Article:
SPECIAL REPORT: Third-Party Spending in Canada's 2019 Election
Our crack team of researchers have been at it again, this time compiling a report laying out the financial returns of third parties during Canada's most recent federal election last year.
The 2019 Canadian federal election (formally the 43rd Canadian general election) was held on October 21, 2019, to elect members of the House of Commons to the 43rd Canadian Parliament. The writs of election for the 2019 election were issued by Governor General Julie Payette on September 11, 2019.
The Liberal Party, led by incumbent Prime Minister Justin Trudeau, won 157 seats to form a minority government and lost the majority they had won in the 2015 election. The Liberals lost the popular vote to the Conservatives, which marks only the second time in Canadian history that a governing party formed a government while receiving less than 35 per cent of the national popular vote. The Liberals received the lowest percentage of the national popular vote of a governing party in Canadian history.
Elections Canada defines a third party as "a person or group that wants to participate in or influence elections other than as a political party, electoral district association, nomination contestant or candidate." Any third party that wishes to engage in regulated activities (which includes most public partisan activities, like advertising or promoting a candidate or party) during the pre-election or election periods is required by law to register with the Federal Government once it incurs more than $500.00 in expenses. That registration includes declaring where that money is going, and following that money trail -- be it in greenbacks, loonies, or pounds sterling -- is a central part of our project here at The Pipeline.
Of the top ten spenders, eight of them are leftist groups, one (the Canadian Medical Association) a centrist, and only one -- Canada Proud ("Working to defeat Prime Minister Justin Trudeau in the 2019 federal election") -- is on the right. That adds up to $5.5 million Canadian on the left versus $360,000 on the right -- $671,000 if you add in the Canadian Association of Petroleum Producers, which comes in at number 11.
Here's the full report:
And here is a break down of that spending:
Special Report: Major Environmentalist Organizations and their Funders
A few months ago we highlighted an article written by Heritage Foundation visiting fellow (and occasional economic adviser to the Trump Administration) Stephen Moore in which he discussed an appearance he'd made on CNN which provoked more hate mail than he had ever previously received.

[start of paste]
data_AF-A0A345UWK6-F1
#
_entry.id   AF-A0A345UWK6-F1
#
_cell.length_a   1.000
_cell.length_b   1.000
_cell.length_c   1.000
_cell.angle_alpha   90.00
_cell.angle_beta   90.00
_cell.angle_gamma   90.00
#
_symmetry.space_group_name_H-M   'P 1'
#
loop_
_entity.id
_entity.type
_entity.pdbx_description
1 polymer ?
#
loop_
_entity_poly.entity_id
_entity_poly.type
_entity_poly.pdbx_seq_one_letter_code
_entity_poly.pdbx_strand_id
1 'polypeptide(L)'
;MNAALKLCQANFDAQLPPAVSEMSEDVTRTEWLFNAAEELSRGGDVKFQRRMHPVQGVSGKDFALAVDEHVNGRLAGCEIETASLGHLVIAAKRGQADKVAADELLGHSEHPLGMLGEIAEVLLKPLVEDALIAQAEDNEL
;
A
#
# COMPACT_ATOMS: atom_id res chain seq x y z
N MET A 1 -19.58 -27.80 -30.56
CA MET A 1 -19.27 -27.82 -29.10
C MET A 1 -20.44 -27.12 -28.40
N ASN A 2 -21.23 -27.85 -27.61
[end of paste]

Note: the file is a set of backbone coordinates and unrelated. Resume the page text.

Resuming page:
What topic of discussion could have inspired such vitriol? None other than the massive amounts of money raked in by what he called the "Climate Change Industrial Complex.”
I noted that “in America and around the globe governments have created a multi-billion dollar Climate Change Industrial Complex.” And then I added: “A lot of people are getting really, really rich off of the climate change industry.” According to a recent report by the U.S. Government Accountability Office, “Federal funding for climate change research, technology, international assistance, and adaptation has increased from $2.4 billion in 1993 to $11.6 billion in 2014, with an additional $26.1 billion for climate change programs and activities provided by the American Recovery and Reinvestment Act in 2009.”
He went on to point out that this "doesn’t mean that the planet isn’t warming. But the tidal wave of funding does reveal a powerful financial motive for scientists to conclude that the apocalypse is upon us."
But why, one wonders, does this kind of observation arouse so much rage? The answer is that environmentalists -- like so many other activists -- have courted an image of being men and women indifferent to their personal interests, who've given themselves wholly over to the cause. And, for their part, their biggest fans are happy to be taken along for the ride, and unhappy about the intrusion of "filthy lucre" spoiling their reverie.
Environmentalists have a massive influence on our society, from their lobbying for laws and regulations to coerce compliance with their beliefs, to their educational efforts which persuade (or, occasionally, indoctrinate) children from a very young age. When they are doing that with tax money, or money from tax exempt donations, us tax-payers deserve to know something about it.
That being so, our crack team of researchers here at The Pipeline have spent the past month combing through publicly available documents and taking note of the major donors to some of America's most influential environmentalist groups for your information and edification.
So break out your green eyeshade, and enjoy:
Click on the links below to read the rest of our research:
Money makes the world cool down.
Earthjustice Majors Funders
Greenpeace USA Major Funders
Natural Resources Defense Council Major Funders
Citizens for Pennsylvania's Future Major Funders
Ohio Citizen Action Major Funders
As Deep Throat said during Watergate, "Follow the money."